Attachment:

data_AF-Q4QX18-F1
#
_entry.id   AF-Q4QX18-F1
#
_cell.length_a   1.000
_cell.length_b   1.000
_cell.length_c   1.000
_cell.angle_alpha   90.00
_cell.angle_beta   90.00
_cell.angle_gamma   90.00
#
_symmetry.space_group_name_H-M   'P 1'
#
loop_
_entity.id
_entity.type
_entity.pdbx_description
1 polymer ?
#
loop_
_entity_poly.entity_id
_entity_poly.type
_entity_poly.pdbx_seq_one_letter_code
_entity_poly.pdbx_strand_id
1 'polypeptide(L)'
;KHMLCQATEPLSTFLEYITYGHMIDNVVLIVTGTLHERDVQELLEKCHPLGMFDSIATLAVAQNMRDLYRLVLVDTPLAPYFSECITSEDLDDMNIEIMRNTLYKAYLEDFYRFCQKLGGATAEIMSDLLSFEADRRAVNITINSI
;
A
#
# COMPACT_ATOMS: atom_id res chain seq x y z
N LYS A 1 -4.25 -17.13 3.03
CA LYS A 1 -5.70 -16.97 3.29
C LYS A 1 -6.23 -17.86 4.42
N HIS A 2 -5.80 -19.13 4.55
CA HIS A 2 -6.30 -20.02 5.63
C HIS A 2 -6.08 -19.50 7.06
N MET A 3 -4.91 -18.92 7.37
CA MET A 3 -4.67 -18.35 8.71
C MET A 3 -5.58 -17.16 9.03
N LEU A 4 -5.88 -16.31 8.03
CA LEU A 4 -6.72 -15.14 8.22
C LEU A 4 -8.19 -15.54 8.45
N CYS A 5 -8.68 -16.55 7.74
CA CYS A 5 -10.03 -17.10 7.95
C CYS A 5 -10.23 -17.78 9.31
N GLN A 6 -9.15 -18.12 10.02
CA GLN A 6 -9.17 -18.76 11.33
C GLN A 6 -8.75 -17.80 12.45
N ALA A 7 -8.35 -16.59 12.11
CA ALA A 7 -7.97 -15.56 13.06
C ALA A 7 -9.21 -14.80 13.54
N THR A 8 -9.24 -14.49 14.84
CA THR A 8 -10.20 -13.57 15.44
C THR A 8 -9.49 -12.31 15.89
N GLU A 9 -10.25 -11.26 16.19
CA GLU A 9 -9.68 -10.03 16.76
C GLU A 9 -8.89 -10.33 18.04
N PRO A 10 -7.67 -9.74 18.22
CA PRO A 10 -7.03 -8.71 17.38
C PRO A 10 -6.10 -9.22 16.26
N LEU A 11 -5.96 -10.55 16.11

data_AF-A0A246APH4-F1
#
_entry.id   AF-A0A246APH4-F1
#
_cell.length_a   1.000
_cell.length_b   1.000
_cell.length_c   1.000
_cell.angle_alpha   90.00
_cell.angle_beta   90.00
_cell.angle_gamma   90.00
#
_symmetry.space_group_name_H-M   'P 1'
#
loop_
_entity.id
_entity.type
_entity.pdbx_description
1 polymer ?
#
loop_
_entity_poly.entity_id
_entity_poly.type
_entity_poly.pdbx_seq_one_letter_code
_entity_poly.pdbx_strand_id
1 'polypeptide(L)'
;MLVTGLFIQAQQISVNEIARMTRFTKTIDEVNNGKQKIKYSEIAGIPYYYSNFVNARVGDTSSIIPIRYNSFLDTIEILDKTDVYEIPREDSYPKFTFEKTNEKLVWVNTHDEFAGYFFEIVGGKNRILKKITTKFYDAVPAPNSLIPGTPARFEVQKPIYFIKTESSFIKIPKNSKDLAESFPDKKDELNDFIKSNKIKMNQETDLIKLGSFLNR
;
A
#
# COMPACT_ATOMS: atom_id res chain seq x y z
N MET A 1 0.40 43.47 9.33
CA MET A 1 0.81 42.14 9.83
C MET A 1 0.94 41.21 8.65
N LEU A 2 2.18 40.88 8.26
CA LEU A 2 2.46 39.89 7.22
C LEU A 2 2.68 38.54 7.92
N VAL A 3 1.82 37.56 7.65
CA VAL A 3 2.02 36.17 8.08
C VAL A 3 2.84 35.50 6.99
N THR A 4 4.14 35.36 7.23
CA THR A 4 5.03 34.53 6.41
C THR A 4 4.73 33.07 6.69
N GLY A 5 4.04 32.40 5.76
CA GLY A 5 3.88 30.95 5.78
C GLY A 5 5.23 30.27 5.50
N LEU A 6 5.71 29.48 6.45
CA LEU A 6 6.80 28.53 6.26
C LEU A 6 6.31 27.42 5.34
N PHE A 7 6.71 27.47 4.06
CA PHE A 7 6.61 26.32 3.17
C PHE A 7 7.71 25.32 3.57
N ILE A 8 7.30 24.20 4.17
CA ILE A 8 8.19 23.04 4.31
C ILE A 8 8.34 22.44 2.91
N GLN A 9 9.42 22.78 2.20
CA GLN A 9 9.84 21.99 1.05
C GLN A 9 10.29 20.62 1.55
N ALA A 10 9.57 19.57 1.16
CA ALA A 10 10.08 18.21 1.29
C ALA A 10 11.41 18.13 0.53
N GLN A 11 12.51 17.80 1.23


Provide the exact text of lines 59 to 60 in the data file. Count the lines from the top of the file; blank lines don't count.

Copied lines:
CA PRO A 10 -7.03 -8.71 17.38
C PRO A 10 -6.10 -9.22 16.26